5@5: Everything wrong with the functional beverage boom | Bayer plans for Roundup litigation claims rising by $4.5B

Each day at 5 p.m. we collect the five top food and supplement headlines of the day, making it easy for you to catch up on today's most important natural products industry news.

3 Min Read
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How Big Beverage poured empty promises down our throats

The beverage industry is rife with wellness buzzwords, but commotion around ingredients such as CBD or nootropics is abated by the fact that much of the time consumers have no idea how these ingredients should make them feel or what results to expect. As an expert interviewed by Vox puts it, today's beverage shoppers are swayed by mainly by pretty packaging and ultimately meaningless marketing jargon. Why is it so hard for us to consume RTD beverages simply for the sheer pleasure of the act, rather than using them to signal allegiance to a certain lifestyle or convince ourselves that we working toward something better?

Bayer plans for Roundup litigation claims rising by $4.5B

Bayer sees expenses from lawsuits accusing its Roundup weedkiller of causing cancer potentially rising by $4.5 billion—significantly more than it had previously planned for. The company will set aside the additional funds to cover Roundup claims in its next quarterly financial report, company executives said Thursday. The new provisions would raise Bayer’s funds earmarked for the claims to more than $16 billion from the $11.6 billion the company had previously said it would pay to resolve the cases. To date, the federal Environmental Protection Agency maintains that Roundup isn’t a public health risk, but Bayer plans to begin removing glyphosate from Roundup that is sold to American consumers in 2023. The Wall Street Journal reports.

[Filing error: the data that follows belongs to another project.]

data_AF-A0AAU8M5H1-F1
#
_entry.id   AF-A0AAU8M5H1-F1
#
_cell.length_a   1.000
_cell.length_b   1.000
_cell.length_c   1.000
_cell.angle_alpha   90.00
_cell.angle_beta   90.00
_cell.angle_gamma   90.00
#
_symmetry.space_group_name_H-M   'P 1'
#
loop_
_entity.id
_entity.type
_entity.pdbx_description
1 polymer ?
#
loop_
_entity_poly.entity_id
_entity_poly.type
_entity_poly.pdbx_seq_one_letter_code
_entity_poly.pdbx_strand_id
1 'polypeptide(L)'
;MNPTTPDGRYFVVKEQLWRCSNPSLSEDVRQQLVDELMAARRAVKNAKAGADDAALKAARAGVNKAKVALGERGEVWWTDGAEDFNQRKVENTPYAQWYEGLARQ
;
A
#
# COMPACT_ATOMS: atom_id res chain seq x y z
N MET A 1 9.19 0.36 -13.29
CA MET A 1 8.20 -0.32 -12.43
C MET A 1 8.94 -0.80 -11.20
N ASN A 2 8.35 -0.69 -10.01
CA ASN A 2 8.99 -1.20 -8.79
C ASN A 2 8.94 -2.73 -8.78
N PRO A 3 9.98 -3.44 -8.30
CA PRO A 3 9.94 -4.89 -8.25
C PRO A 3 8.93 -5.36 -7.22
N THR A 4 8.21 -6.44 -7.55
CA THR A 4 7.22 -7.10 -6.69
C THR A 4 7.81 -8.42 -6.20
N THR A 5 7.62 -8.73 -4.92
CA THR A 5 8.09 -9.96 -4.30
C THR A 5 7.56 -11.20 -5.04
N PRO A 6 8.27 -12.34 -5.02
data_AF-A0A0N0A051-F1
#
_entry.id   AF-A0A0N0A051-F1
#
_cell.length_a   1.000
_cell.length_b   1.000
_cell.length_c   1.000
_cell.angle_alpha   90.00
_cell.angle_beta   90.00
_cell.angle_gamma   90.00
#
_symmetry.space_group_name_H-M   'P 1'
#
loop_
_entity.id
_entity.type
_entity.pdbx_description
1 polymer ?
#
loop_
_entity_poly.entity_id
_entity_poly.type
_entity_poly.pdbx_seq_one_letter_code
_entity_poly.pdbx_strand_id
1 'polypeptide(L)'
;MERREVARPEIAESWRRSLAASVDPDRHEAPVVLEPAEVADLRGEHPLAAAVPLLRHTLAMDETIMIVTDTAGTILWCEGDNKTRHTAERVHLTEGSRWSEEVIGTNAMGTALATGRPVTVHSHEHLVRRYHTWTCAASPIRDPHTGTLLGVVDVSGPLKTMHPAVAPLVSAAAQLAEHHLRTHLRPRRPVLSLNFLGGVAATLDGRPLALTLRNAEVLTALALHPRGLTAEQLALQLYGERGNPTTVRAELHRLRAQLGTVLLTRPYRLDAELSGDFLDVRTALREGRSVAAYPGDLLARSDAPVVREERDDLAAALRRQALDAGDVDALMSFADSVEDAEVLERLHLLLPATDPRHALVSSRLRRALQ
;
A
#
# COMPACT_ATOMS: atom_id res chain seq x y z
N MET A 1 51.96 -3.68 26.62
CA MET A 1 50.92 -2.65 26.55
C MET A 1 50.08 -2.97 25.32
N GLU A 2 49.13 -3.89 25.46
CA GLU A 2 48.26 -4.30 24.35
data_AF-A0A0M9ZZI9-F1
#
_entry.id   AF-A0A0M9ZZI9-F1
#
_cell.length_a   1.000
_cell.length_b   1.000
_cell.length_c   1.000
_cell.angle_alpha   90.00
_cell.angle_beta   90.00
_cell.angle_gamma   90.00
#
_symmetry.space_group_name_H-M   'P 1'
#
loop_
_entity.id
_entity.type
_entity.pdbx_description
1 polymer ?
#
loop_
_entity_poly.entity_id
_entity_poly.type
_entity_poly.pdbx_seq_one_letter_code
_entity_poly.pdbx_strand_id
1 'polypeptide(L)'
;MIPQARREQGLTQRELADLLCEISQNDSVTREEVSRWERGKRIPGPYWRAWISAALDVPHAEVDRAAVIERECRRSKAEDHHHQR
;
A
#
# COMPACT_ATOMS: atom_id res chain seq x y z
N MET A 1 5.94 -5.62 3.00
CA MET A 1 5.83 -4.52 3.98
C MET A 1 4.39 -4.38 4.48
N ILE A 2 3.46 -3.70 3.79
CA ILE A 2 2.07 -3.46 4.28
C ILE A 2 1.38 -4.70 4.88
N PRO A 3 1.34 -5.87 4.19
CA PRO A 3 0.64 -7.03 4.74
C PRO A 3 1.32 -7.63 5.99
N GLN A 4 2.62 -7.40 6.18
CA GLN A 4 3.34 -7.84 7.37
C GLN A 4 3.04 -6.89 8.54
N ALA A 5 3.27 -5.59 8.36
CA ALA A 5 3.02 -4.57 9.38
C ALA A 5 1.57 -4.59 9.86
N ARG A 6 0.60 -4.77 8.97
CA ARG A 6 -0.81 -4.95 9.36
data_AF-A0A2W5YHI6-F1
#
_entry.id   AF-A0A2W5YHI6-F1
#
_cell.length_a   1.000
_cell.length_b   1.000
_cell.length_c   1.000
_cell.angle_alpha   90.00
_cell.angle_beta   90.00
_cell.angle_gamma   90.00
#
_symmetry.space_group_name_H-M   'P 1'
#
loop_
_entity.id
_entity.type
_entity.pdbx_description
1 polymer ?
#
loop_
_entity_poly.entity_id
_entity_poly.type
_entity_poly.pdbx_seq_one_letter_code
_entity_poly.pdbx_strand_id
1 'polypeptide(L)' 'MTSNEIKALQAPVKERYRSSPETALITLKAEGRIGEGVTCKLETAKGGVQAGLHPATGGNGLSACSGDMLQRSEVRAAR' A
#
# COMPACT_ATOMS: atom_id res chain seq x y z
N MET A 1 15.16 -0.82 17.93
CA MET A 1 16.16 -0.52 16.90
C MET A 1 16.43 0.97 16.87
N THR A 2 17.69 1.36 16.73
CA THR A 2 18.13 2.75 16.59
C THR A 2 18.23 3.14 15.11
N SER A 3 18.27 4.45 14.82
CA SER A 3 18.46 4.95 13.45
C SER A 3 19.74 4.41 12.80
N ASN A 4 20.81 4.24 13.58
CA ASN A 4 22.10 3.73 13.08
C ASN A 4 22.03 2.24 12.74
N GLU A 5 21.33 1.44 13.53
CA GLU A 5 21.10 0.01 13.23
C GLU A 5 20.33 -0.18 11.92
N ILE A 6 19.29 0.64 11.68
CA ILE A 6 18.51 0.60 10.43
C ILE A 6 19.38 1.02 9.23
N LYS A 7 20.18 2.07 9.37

These big food companies get failing grades on political spending transparency

A freshly released index draws attention to the spending left undisclosed by major food and agricultural corporations. It ranks the world’s 10 largest food producers’ based on their level of disclosure across four categories of spending: electioneering, lobbying, charitable donations, and the funding of scientific research. Tyson Foods is one of the worst offenders, disclosing next to nothing about its political spending. This kind of inadequate spending disclosure enables corporations to take public positions concerning the social good, while quietly financing opposing interests, which ultimately makes for risky investments. Civil Eats reports.

Phillipines becomes first country to approve GMO 'golden rice'

The Phillipines has approved a genetically modified short-grain rice that contains beta-carotene. The GMO rice was first developed in 1999 but has faced myriad roadblocks to market, much like other GMO plants and animals. Proponents say that this golden rice is a potentially life-saving creation because it can deliver around 50% of the daily recommended allotment of vitamin A in a single cup of rice. Supporters include the Bill and Melinda Gates Foundation, which has funded research into the GMO grain. The tides could be turning for GMO fare. Modern Farmer has the scoop.

Is lab-grown meat really going to solve our nasty agriculture problem?

Private capital is working overtime to disrupt farming with synthetic biology, but more analysis is needed with regard to the many possibilities of cellular agriculture. What could this novel food technology, with the right policies and investments, make possible for consumers, workers, animals and the environment? If cellular agriculture is going to improve upon the system it is displacing, then it needs to grow in a way that doesn’t externalize the real costs of production on to workers, consumers and the environment. The Guardian delves into this multifaceted issue.

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